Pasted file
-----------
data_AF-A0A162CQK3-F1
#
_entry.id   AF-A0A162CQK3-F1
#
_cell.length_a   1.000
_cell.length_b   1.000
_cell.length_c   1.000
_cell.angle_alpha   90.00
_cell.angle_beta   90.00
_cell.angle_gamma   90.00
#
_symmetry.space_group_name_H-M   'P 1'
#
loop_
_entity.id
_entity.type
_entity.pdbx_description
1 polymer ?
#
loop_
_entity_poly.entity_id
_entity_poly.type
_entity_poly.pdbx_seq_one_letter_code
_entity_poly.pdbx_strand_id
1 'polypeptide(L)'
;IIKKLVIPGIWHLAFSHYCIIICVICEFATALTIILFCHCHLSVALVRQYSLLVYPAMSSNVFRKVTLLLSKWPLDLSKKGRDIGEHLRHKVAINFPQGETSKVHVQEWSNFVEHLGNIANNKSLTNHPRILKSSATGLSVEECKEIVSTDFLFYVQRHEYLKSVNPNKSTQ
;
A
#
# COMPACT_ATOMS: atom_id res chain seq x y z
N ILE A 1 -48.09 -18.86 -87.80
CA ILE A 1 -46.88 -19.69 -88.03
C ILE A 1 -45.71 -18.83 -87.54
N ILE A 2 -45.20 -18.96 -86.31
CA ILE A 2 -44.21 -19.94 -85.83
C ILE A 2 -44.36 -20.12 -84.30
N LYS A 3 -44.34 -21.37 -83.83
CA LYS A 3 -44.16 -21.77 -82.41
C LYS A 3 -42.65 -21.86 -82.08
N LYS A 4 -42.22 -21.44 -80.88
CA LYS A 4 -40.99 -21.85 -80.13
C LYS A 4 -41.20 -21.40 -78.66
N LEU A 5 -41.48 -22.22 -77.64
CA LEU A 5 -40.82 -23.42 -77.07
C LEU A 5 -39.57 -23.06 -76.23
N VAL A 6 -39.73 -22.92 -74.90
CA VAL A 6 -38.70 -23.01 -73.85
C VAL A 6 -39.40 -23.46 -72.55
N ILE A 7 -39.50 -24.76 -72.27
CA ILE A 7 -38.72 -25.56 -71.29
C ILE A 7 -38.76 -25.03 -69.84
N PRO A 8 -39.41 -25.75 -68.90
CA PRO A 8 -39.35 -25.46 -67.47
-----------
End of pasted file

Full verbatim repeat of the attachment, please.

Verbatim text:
data_AF-A0A162CQK3-F1
#
_entry.id   AF-A0A162CQK3-F1
#
_cell.length_a   1.000
_cell.length_b   1.000
_cell.length_c   1.000
_cell.angle_alpha   90.00
_cell.angle_beta   90.00
_cell.angle_gamma   90.00
#
_symmetry.space_group_name_H-M   'P 1'
#
loop_
_entity.id
_entity.type
_entity.pdbx_description
1 polymer ?
#
loop_
_entity_poly.entity_id
_entity_poly.type
_entity_poly.pdbx_seq_one_letter_code
_entity_poly.pdbx_strand_id
1 'polypeptide(L)'
;IIKKLVIPGIWHLAFSHYCIIICVICEFATALTIILFCHCHLSVALVRQYSLLVYPAMSSNVFRKVTLLLSKWPLDLSKKGRDIGEHLRHKVAINFPQGETSKVHVQEWSNFVEHLGNIANNKSLTNHPRILKSSATGLSVEECKEIVSTDFLFYVQRHEYLKSVNPNKSTQ
;
A
#
# COMPACT_ATOMS: atom_id res chain seq x y z
N ILE A 1 -48.09 -18.86 -87.80
CA ILE A 1 -46.88 -19.69 -88.03
C ILE A 1 -45.71 -18.83 -87.54
N ILE A 2 -45.20 -18.96 -86.31
CA ILE A 2 -44.21 -19.94 -85.83
C ILE A 2 -44.36 -20.12 -84.30
N LYS A 3 -44.34 -21.37 -83.83
CA LYS A 3 -44.16 -21.77 -82.41
C LYS A 3 -42.65 -21.86 -82.08
N LYS A 4 -42.22 -21.44 -80.88
CA LYS A 4 -40.99 -21.85 -80.13
C LYS A 4 -41.20 -21.40 -78.66
N LEU A 5 -41.48 -22.22 -77.64
CA LEU A 5 -40.82 -23.42 -77.07
C LEU A 5 -39.57 -23.06 -76.23
N VAL A 6 -39.73 -22.92 -74.90
CA VAL A 6 -38.70 -23.01 -73.85
C VAL A 6 -39.40 -23.46 -72.55
N ILE A 7 -39.50 -24.76 -72.27
CA ILE A 7 -38.72 -25.56 -71.29
C ILE A 7 -38.76 -25.03 -69.84
N PRO A 8 -39.41 -25.75 -68.90
CA PRO A 8 -39.35 -25.46 -67.47